A course personal growth course, developed by
Werner Erhardt, that was offered in the 70s and 80s.
It eventually developed into what is now the Landmark

Expressed Sequence Tag.
A copy of a short segment of RNA (or its reverse complement), usually towards its 3' end. ESTs may be produced a sequenced cheaply and rapidly, by reading them once. An EST is around 400bp long, and in the absence of alternative splicing is supposed to contain enough information to identify the RNA molecule from which it originated.

A public database of ESTs, dbEST, contains > 2 * 106 ESTs.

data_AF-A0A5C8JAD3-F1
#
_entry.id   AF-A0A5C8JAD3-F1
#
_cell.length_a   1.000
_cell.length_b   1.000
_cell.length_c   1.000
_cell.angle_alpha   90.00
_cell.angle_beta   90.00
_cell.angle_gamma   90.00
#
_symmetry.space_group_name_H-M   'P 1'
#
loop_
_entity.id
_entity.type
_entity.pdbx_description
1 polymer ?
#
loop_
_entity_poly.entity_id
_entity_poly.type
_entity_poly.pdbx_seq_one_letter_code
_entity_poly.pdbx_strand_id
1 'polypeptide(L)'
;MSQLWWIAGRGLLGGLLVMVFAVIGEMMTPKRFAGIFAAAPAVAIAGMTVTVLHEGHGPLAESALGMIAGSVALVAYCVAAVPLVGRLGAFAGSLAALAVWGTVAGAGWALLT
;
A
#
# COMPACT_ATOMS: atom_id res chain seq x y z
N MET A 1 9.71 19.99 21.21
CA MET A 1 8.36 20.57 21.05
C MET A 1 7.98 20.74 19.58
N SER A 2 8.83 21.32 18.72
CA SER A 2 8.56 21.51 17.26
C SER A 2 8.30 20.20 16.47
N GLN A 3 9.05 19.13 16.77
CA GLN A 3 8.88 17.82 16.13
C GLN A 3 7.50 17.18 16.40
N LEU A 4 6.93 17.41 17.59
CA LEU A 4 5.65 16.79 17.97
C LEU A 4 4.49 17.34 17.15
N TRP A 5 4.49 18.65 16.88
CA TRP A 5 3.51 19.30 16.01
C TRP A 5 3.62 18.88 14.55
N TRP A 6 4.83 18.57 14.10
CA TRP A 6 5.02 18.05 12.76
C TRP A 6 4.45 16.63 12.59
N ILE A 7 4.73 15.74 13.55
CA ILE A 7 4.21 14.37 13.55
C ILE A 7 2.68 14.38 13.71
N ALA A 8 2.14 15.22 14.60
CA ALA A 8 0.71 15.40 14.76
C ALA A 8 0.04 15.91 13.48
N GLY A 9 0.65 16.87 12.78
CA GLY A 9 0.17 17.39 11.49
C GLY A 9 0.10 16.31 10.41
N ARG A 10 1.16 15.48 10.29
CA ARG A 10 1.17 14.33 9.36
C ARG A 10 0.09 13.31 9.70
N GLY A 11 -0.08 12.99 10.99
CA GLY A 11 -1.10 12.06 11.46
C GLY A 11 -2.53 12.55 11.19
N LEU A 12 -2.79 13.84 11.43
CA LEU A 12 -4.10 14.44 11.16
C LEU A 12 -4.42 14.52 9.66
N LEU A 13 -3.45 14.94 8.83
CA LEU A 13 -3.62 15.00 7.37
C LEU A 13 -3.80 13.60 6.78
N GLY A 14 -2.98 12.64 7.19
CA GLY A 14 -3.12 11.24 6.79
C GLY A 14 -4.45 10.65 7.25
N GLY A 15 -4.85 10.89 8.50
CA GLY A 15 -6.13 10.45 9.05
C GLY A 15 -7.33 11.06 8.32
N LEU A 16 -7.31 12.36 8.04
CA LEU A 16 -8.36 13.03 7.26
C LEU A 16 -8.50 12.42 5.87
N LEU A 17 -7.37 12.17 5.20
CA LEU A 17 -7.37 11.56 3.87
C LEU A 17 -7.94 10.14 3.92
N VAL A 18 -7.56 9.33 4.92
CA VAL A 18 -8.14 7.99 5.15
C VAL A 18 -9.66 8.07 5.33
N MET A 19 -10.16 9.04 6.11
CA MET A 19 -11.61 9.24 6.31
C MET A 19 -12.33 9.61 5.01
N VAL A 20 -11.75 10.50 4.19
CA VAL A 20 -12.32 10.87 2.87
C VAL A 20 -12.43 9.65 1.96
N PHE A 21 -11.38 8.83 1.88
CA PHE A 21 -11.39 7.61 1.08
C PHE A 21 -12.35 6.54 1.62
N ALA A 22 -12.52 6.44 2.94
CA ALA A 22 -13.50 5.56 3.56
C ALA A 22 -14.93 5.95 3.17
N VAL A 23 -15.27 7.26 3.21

Problems with this naïve approach:

  • Alternative splicing is more common than was thought.
  • Sequence quality deteriorates along the EST; sometimes the dependable bases are few.
  • It is not known how many types of RNA exist.
  • ESTs may also come from hnRNA (instead of the intended mRNA), and may well be from a non-coding region.

At work, I work on Compugen's LEADS project, which aims (among other things) to reconstruct the original RNA from given ESTs. This is nontrivial.

Est (?), n. & adv.





© Webster 1913.

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